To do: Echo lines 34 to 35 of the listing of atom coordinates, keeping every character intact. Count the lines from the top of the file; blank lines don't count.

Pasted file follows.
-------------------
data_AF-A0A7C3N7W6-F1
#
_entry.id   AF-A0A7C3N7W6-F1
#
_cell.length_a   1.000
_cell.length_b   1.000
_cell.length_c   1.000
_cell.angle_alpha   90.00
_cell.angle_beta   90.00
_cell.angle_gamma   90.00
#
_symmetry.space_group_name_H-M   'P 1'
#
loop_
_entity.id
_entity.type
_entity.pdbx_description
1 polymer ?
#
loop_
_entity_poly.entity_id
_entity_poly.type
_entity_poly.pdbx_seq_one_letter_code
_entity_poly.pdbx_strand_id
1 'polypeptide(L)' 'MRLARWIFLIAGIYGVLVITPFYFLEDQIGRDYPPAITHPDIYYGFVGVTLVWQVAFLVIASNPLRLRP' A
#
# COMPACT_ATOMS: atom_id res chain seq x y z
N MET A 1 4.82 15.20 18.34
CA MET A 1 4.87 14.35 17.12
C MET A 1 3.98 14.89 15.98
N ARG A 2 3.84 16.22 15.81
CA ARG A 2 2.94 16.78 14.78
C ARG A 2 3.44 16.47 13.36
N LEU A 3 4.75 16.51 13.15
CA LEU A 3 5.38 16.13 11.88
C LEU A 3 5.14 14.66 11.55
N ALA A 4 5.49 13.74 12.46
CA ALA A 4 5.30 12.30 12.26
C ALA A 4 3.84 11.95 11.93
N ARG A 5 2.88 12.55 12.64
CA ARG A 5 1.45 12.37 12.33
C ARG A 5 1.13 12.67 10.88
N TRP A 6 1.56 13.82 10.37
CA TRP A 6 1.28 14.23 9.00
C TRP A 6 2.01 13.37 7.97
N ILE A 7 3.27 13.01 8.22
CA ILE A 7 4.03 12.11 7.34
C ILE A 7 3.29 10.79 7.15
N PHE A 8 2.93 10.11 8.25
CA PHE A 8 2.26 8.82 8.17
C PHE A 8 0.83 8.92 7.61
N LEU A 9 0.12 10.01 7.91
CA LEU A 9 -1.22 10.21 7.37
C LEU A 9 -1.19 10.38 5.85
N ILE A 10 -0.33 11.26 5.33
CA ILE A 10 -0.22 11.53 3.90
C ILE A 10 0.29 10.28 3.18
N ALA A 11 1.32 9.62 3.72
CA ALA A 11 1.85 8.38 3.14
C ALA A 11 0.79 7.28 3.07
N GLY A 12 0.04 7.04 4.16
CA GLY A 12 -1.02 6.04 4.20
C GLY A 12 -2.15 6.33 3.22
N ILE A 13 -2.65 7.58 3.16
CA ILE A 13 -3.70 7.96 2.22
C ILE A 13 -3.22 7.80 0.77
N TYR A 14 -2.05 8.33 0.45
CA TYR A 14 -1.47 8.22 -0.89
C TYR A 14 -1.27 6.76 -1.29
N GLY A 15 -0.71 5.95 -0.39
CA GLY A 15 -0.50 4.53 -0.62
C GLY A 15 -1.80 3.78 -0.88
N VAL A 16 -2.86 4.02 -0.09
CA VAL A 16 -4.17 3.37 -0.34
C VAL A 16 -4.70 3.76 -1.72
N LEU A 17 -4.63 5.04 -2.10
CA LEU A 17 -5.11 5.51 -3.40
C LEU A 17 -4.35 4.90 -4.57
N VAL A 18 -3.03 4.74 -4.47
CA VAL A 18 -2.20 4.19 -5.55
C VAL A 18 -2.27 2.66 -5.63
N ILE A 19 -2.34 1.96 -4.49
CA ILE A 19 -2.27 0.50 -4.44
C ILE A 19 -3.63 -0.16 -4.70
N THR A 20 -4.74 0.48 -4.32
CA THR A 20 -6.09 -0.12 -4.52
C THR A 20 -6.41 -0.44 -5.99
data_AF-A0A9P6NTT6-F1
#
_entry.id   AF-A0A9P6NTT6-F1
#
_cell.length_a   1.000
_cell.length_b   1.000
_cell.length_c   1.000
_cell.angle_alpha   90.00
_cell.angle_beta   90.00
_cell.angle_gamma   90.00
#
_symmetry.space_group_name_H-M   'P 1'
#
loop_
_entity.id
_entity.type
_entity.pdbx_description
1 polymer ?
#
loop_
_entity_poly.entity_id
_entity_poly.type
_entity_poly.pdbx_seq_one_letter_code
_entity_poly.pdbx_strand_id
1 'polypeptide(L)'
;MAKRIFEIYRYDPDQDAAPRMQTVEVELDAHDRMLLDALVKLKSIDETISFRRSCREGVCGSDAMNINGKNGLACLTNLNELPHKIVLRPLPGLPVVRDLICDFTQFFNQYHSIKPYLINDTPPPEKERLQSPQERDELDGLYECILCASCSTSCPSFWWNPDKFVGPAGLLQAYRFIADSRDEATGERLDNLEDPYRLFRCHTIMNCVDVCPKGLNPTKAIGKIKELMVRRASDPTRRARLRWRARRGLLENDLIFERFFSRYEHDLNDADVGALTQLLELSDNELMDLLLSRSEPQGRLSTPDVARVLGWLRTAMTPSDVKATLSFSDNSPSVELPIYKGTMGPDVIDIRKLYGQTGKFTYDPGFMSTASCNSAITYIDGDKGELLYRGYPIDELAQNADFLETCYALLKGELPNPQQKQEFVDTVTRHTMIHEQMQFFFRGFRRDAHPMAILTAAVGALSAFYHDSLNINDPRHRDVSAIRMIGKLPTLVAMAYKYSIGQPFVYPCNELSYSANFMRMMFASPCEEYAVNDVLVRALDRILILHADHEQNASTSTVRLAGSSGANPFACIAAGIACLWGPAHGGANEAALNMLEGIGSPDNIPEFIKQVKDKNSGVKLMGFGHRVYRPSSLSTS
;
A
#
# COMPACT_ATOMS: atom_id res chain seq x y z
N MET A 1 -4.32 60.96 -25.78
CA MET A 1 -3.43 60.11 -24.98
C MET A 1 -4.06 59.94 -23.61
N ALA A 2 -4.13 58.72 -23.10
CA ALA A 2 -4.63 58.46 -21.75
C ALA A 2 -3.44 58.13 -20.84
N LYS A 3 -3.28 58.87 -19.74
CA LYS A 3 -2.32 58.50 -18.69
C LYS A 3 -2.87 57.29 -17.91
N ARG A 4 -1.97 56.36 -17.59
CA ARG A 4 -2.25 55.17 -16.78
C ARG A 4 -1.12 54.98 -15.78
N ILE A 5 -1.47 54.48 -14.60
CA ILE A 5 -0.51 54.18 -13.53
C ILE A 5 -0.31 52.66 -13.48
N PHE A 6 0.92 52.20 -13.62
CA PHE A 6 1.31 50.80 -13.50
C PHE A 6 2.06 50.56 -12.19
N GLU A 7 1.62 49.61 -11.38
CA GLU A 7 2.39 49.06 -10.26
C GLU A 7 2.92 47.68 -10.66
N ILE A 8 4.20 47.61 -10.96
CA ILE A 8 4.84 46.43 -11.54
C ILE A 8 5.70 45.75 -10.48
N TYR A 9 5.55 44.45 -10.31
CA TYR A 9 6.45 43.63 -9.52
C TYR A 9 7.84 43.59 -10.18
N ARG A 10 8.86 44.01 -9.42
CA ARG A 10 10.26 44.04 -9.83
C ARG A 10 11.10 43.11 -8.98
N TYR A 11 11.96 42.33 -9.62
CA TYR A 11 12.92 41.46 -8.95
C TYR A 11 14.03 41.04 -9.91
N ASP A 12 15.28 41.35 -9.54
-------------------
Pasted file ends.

N LEU A 3 4.75 16.51 13.15
CA LEU A 3 5.38 16.13 11.88